Concept: Universities and colleges
This interactive feature presents the case of an 18-year-old woman with a history of anorexia and depression who was found near her college campus in an unresponsive state. Test your diagnostic and therapeutic skills at NEJM.org.
We examined student support for a policy that would allow carrying of concealed handguns on university campuses. Large percentages of students at 2 universities expressed very low levels of comfort with the idea of permitting concealed handgun carrying on campus, suggesting that students may not welcome less restrictive policies. Students held slightly different opinions about concealed handguns on and off campus, suggesting that they view the campus environment as unique with respect to concealed handgun carrying.
College campus tobacco-free policies are an emerging trend. Between September 2013 and May 2014, we surveyed 1309 college students at 8 public 4-year institutions across California with a range of policies (smoke-free indoors only, designated outdoor smoking areas, smoke-free, and tobacco-free). Stronger policies were associated with fewer students reporting exposure to secondhand smoke or seeing someone smoke on campus. On tobacco-free college campuses, fewer students smoked and reported intention to smoke on campus. Strong majorities of students supported outdoor smoking restrictions across all policy types. Comprehensive tobacco-free policies are effective in reducing exposure to smoking and intention to smoke on campus. (Am J Public Health. Published online ahead of print December 18, 2014: e1-e3. doi:10.2105/AJPH.2014.302251).
University campuses offer an opportunity to study the extent to which modifying the food environment influences eating, but in-depth characterizations of campus food environments are needed to identify potential targets for intervention. The objective of this project was to describe the availability, accessibility, and quality of healthful food choices in dining venues and food stores at or near a public, 4-year university in California.
We investigated how the removal of bottled water along with a minimum healthy beverage requirement affected the purchasing behavior, healthiness of beverage choices, and consumption of calories and added sugars of university campus consumers.
Factors affecting non-suicidal self-injury cessation are poorly understood. The aim of this study was to identify differences between individuals with current and past non-suicidal self-injury (NSSI) in a large probability sample of university students using quantitative and qualitative methods. Predictors of psychological growth related following NSSI cessation were also examined.
Abstract Objective: To assess the perceptions and practices of a national sample of college and university presidents regarding their support for concealed carry on college campuses. Participants: The sample for this study consisted of a national random sample of 900 college or university presidents. Methods: In the Spring of 2013, a 3-wave mailing procedure was used to ensure an adequate response rate to a valid and reliable questionnaire. Results: The response rate was 46%, more than what was needed based on the power analysis. The vast majority (95%) of respondents were not supportive of carrying concealed handguns on campuses. They perceived there to be more disadvantages than advantages to handguns on campus. However, college administrators were not focused enough on the primary prevention of campus firearm trauma. Conclusions: The findings of this study suggest a number of activities that could be implemented to enhance safety on college and university campuses.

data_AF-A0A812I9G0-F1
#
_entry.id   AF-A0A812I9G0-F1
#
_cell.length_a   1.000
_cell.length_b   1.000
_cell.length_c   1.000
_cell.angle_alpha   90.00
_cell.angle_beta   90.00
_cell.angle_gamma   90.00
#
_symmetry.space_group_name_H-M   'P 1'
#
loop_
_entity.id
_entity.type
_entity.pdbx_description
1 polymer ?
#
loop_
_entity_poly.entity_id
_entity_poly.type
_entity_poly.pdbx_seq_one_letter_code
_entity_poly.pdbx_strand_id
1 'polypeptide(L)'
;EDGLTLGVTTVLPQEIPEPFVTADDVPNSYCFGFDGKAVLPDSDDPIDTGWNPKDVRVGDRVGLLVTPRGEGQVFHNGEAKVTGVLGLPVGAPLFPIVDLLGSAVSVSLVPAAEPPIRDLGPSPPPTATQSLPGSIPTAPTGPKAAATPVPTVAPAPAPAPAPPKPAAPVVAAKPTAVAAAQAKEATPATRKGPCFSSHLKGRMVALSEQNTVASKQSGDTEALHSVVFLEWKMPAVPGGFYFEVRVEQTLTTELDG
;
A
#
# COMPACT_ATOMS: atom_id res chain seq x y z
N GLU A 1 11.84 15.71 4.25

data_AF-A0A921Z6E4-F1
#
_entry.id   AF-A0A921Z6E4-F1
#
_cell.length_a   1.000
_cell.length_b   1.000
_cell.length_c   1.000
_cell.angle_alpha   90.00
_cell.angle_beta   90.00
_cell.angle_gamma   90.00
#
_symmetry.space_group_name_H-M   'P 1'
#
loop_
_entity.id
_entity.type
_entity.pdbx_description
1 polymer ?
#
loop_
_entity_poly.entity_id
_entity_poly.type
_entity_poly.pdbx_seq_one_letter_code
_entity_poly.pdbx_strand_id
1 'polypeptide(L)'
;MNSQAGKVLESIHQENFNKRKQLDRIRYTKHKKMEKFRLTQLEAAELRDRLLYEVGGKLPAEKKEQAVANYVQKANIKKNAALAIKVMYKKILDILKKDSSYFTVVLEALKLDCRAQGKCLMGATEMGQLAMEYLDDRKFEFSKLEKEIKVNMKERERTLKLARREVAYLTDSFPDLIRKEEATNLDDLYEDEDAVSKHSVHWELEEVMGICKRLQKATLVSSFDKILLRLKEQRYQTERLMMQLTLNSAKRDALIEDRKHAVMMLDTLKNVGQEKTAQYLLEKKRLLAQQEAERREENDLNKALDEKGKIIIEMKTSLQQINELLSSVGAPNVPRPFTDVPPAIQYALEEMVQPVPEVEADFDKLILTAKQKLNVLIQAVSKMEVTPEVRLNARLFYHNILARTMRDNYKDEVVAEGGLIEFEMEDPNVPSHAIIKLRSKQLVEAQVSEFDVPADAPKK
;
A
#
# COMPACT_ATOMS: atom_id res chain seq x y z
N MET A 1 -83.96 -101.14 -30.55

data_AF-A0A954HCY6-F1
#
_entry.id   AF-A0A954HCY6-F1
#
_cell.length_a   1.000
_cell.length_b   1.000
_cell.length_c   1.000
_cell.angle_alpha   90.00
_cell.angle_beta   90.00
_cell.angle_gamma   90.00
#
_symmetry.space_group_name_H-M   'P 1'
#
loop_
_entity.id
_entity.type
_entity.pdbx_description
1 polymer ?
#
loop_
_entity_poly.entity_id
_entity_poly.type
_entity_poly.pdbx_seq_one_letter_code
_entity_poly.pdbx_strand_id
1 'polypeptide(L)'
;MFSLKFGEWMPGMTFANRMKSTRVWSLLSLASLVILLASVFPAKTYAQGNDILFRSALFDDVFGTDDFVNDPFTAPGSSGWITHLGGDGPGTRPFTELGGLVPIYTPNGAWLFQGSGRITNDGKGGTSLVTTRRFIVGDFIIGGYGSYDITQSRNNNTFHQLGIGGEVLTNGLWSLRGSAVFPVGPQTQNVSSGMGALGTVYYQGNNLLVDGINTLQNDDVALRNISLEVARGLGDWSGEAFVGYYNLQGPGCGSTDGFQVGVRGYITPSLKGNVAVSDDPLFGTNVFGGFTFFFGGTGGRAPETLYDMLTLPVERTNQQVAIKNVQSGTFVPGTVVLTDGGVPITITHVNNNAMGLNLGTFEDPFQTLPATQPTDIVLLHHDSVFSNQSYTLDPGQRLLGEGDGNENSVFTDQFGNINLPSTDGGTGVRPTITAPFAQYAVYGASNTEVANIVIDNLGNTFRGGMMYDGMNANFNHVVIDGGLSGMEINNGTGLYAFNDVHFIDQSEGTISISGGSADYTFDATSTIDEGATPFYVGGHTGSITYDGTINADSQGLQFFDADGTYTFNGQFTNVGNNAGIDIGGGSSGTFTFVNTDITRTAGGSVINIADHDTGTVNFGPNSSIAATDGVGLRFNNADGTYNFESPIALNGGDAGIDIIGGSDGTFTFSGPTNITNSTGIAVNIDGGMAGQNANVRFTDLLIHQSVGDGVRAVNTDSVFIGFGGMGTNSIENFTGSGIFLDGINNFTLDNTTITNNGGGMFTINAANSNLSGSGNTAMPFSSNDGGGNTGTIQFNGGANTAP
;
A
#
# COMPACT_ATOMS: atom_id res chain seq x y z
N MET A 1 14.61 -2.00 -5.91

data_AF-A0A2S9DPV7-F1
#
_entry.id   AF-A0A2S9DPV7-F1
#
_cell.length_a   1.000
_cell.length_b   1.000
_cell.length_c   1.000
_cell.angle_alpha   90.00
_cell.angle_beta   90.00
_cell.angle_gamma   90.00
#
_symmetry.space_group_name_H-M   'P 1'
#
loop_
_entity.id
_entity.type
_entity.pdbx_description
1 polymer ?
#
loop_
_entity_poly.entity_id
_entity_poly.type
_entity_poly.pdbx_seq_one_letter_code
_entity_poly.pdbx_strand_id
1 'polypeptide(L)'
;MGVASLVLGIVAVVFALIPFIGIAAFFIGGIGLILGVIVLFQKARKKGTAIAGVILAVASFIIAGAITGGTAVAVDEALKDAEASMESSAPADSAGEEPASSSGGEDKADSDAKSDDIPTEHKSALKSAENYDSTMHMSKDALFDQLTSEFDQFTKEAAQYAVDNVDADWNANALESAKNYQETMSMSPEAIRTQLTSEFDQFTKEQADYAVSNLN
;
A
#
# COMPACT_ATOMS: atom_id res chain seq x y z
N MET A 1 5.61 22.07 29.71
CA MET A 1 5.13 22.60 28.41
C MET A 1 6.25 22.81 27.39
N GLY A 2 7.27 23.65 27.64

We examined the efficacy of different methods (ie, in-class policy reading; in-class policy reading and discussion; no reading or discussion) to deliver campus sexual misconduct policy information to students on seven campuses.
Campus police and security personnel are often the first to respond to alcohol-related incidents on campus. The purpose of this study is to examine how campus law enforcement and security respond to alcohol-related incidents, and how consequences and communication differ based on characteristics of the incident.
Given the prevalence and risk associated with indoor tanning among college students, university campuses constitute a prime target for skin cancer prevention. This report identifies the successes and challenges faced in promoting a campus-wide tan-free policy through the National Council on Skin Cancer Prevention (NCSCP) Indoor Tan-Free Skin Smart Campus Initiative. Beginning in February 2016, we communicated with university faculty or staff members who have participated in skin cancer prevention via education, clinical care, or research at 20 universities regarding the steps to adopt the tan-free policy. One campus, East Tennessee State University (ETSU), successfully fulfilled all criteria and implemented the policy change to become the first US Indoor Tan-Free Skin Smart Campus. The greatest challenge faced in recruiting campuses was gaining administrative support. Reported reasons for not adopting the policy change included wanting to wait for other schools to join first and not seeing it as a top priority. Despite the importance of improving skin cancer awareness and decreasing tanning among university students, we faced several challenges in promoting campus-wide policy change. We identify a need for research on effective ways to disseminate university health policies and increased involvement of healthcare providers in policy-related work.